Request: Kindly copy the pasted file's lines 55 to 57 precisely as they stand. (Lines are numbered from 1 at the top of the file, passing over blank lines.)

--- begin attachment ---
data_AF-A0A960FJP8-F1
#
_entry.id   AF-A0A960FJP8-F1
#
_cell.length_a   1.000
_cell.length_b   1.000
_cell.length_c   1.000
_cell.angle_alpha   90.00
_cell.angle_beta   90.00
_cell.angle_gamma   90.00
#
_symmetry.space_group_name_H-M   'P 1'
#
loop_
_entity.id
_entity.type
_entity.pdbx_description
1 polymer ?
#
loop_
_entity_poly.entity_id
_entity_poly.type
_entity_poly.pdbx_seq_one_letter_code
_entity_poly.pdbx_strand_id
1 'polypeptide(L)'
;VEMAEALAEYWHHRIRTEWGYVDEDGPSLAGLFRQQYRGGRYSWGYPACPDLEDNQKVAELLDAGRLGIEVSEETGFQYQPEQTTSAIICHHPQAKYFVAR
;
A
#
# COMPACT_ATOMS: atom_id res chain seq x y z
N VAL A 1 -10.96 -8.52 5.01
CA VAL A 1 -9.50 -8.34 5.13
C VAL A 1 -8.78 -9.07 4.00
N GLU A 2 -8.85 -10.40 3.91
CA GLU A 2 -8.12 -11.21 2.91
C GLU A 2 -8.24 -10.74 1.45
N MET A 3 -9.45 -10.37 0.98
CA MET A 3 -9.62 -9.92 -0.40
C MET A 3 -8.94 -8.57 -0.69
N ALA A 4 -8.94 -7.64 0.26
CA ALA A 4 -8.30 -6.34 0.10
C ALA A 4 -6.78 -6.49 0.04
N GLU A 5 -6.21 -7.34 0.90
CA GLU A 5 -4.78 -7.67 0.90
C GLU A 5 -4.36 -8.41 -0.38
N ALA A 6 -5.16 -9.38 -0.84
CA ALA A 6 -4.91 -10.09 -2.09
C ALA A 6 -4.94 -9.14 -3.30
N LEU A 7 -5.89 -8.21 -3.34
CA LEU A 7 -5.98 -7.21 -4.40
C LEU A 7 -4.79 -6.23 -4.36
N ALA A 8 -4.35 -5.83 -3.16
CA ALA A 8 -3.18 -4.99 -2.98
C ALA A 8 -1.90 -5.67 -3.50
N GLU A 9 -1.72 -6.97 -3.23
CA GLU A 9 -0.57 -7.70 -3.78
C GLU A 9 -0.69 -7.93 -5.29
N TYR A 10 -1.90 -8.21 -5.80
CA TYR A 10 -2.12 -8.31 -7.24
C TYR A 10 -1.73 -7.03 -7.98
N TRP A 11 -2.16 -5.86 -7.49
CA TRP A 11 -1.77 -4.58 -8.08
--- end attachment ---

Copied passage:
N GLU A 9 -1.72 -6.97 -3.23
CA GLU A 9 -0.57 -7.70 -3.78
C GLU A 9 -0.69 -7.93 -5.29